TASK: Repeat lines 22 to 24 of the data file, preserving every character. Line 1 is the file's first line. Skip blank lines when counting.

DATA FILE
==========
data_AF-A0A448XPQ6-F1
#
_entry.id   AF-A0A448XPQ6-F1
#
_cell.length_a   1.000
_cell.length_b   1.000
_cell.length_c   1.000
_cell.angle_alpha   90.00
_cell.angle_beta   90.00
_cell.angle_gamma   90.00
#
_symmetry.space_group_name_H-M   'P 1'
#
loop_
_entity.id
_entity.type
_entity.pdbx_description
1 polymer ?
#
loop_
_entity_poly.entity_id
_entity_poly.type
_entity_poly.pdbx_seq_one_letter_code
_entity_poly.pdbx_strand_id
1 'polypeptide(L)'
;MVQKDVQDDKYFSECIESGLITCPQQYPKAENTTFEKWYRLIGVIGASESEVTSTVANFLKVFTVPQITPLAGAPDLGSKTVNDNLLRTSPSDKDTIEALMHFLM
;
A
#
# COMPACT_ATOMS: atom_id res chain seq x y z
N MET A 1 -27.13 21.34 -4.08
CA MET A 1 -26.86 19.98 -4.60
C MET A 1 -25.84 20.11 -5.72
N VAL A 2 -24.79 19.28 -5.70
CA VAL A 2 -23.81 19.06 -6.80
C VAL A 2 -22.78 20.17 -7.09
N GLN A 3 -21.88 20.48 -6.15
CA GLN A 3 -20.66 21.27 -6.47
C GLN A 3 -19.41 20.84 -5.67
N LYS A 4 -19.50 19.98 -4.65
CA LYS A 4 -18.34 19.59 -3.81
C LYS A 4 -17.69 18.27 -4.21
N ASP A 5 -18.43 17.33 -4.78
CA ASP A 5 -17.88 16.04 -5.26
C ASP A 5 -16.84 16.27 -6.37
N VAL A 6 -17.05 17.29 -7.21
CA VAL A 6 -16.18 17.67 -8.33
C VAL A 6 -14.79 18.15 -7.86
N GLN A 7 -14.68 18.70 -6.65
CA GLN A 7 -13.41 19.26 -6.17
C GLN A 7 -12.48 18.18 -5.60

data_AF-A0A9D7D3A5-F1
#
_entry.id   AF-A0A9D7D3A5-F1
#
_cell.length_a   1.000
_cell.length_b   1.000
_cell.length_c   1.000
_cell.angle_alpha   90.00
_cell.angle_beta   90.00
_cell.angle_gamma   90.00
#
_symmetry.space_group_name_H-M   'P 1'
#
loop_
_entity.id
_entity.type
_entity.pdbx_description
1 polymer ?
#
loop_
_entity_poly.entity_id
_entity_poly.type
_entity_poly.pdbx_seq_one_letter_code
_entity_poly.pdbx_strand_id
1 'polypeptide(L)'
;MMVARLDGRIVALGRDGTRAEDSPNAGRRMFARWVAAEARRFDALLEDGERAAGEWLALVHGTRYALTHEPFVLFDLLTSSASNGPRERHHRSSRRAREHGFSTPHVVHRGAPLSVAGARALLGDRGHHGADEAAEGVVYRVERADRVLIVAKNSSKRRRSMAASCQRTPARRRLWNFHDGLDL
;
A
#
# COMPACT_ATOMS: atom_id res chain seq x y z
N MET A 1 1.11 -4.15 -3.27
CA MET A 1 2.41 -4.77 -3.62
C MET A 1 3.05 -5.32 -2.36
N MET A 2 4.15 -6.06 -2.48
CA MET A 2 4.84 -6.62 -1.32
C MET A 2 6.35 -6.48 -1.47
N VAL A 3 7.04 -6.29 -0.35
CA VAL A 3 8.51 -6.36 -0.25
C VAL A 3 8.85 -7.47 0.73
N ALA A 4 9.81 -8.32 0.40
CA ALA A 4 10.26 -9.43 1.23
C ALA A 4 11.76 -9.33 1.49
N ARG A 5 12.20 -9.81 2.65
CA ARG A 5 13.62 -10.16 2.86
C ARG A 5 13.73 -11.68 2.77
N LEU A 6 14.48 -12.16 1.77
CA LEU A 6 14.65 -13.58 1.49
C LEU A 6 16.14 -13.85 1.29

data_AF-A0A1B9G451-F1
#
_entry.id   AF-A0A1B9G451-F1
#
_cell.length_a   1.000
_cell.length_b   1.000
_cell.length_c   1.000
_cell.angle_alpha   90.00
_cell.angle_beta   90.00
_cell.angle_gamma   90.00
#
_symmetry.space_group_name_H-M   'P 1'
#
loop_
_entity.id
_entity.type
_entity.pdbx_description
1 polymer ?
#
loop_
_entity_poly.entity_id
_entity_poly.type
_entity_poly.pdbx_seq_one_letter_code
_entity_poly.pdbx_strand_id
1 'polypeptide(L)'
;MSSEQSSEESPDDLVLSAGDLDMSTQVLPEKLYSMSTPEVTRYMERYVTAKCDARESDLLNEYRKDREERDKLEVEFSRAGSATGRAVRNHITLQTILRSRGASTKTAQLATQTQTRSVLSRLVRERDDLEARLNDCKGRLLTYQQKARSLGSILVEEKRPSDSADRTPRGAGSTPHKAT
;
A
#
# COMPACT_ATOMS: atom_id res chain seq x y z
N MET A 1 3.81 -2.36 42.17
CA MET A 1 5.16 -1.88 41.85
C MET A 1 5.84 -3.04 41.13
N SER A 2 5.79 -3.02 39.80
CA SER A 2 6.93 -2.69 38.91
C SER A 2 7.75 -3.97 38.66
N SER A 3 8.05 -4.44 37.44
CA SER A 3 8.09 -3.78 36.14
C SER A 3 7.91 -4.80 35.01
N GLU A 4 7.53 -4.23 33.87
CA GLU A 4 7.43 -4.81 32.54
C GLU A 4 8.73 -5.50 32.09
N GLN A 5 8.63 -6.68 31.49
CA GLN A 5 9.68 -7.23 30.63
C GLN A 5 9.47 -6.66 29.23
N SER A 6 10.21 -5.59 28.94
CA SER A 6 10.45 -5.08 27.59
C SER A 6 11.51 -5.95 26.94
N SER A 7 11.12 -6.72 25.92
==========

_entity_poly.type
_entity_poly.pdbx_seq_one_letter_code
_entity_poly.pdbx_strand_id